Anniversary stirs sombre memories

Anniversaries of tragic events like 9-11 evoke sad, often painful memories, but for some, it’s just an added reminder of the dangers they face daily.

Members of Penticton Fire Rescue march along Nanaimo Avenue on the anniversary of 9-11.

Members of Penticton Fire Rescue march along Nanaimo Avenue on the anniversary of 9-11.

Anniversaries of tragic events like 9-11 evoke sad, often painful memories, but for some, it’s just an added reminder of the dangers they face daily.

Unfortunately it took the events of that September morning in 2001 to drive home the commitment of the men and women who collectively share the duties of first responders.

It was those people who were honoured locally last weekend at the unveiling of a special cairn at Veterans Memorial Park.

Two plaques adorn the stone work, one recognizing the RCMP and the other Canadian firefighters.

The program began with a service at the Number 1 fire hall about the day the World Trade Centre towers were struck by hijacked aircraft.

The ensuing collapse of the buildings killed not only thousands trapped inside, but hundreds of firefighters and others who were trying to help.

While most people have the ability to recall exactly where they were and what they were doing on fateful occasions, 9-11 was not one of those times for veteran Penticton firefighter Howard Grantham.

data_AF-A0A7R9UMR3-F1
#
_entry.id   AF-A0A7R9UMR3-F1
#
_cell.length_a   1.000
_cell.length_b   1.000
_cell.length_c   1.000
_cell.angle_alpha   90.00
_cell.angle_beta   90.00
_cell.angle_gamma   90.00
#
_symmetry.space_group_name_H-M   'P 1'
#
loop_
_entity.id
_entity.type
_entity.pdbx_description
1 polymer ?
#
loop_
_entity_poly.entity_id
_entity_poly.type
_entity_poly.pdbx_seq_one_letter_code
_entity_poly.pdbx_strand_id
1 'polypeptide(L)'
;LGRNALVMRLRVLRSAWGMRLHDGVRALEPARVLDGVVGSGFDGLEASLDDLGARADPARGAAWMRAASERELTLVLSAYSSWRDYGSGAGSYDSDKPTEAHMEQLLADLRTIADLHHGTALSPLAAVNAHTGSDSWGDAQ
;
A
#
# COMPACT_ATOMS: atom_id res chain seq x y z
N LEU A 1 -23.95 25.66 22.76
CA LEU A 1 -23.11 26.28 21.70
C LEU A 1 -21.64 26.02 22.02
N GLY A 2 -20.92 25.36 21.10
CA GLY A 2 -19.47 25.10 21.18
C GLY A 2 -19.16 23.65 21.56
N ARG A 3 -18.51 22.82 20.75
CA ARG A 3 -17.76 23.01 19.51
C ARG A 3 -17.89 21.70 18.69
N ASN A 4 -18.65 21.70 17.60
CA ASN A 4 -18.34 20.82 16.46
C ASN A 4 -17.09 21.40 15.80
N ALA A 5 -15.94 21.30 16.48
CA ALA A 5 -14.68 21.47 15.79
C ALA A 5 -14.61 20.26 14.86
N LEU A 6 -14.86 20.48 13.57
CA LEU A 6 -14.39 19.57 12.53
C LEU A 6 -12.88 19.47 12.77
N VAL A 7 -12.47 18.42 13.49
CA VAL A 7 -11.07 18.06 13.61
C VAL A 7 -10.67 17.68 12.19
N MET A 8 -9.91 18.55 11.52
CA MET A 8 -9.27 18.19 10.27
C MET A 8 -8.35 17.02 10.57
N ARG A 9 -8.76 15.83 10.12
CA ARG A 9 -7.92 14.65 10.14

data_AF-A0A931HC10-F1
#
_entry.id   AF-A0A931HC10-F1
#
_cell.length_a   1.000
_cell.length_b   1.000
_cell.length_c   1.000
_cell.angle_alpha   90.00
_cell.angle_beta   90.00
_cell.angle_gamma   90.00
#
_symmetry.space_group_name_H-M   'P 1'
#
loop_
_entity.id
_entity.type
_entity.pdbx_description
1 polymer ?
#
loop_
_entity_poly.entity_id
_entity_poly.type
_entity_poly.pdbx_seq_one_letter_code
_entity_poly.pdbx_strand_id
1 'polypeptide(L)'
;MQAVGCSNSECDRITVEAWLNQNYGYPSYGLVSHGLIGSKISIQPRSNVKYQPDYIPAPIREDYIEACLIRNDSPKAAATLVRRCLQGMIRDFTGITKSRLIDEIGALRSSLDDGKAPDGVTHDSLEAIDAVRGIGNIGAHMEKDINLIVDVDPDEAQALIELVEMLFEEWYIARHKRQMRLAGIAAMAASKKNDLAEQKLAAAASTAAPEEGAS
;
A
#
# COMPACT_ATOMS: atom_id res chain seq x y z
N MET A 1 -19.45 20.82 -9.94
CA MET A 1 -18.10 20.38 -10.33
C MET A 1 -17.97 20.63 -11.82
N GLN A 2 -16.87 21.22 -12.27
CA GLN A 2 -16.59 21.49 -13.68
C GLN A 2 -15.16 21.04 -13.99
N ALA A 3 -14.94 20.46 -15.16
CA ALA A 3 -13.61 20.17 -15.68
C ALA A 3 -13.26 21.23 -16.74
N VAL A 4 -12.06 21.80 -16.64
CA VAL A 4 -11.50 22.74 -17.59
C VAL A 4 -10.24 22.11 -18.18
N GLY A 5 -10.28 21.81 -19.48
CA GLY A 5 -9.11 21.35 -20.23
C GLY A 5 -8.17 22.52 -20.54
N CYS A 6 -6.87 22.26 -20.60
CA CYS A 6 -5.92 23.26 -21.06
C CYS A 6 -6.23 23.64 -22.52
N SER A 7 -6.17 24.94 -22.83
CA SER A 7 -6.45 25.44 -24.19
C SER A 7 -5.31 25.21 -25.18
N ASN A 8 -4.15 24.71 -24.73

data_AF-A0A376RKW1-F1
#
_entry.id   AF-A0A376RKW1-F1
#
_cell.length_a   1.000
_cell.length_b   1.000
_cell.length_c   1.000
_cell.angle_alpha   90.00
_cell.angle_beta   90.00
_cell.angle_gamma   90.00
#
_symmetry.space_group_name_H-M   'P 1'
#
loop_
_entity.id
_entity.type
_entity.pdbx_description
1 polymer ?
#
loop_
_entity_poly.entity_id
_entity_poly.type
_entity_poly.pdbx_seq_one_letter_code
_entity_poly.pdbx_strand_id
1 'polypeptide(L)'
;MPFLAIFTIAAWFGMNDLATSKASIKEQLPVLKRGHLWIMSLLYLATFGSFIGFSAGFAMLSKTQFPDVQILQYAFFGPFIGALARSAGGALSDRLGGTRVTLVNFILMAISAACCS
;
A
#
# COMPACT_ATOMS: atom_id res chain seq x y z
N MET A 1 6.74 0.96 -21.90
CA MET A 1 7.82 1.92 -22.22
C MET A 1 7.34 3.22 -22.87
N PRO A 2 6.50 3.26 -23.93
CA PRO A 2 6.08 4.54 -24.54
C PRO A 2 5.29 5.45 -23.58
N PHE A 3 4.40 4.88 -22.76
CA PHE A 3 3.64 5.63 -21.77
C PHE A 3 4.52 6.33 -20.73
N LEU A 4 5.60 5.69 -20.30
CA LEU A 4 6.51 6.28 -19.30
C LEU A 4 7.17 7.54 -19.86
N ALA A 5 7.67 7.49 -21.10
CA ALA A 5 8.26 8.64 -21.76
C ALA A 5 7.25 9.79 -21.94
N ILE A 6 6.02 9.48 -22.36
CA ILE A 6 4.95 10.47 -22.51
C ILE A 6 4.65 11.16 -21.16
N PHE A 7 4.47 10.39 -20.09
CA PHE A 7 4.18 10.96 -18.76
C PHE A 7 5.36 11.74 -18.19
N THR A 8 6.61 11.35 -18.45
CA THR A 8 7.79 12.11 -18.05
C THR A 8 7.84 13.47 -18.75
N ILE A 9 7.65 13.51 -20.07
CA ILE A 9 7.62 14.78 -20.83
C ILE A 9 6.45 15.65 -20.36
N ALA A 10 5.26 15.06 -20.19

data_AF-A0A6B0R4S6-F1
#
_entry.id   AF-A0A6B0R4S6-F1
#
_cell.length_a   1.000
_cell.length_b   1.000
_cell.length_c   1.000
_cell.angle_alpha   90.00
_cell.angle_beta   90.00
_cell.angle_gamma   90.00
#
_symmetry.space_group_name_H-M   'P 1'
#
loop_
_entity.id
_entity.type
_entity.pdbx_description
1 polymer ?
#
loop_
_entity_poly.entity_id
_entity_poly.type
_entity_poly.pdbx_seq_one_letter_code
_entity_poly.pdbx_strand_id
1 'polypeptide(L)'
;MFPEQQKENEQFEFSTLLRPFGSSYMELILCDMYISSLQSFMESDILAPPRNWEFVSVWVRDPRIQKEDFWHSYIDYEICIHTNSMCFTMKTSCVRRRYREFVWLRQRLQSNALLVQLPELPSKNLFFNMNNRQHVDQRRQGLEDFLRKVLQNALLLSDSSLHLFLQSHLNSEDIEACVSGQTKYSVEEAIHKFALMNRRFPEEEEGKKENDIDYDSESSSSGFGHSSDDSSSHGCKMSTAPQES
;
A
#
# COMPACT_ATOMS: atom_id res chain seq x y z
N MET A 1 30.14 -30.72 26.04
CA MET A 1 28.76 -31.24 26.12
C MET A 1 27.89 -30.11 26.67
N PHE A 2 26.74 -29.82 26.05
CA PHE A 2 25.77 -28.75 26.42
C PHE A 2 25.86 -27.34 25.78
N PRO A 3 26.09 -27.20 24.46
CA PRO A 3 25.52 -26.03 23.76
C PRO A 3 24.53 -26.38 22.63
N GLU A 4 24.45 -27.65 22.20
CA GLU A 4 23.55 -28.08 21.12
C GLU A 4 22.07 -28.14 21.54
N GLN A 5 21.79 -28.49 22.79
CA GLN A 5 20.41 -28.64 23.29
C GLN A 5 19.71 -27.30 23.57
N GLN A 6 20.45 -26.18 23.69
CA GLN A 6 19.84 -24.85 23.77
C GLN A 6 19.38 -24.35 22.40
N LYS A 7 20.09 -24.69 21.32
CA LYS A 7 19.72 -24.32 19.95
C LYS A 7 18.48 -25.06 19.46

“To this day I couldn’t honestly tell you what I was doing, I was focused on the first responders who were in those buildings,” he said. “It didn’t matter what I was doing, it mattered what they were doing.

“Even today it’s hard to talk about because basically it’s the kind of thing that can happen to anybody in emergency first response.”

The firefighter added in times where split-second decisions have to be made with life or death consequences, emergency personnel fall back on their training.

As is often the case, they put the well being of those they are assisting ahead of their own.

For Grantham it’s easy to imagine what was going through the minds of those as they did what they were taught to do.

“It just happened to be the worst-case scenario and a whole bunch of people didn’t come home,” he said. “You hope for the best and sometimes that’s just not good enough.

“Those people will never be forgotten. They will always be in our memories and those who sacrifice in the future will be remembered as well.”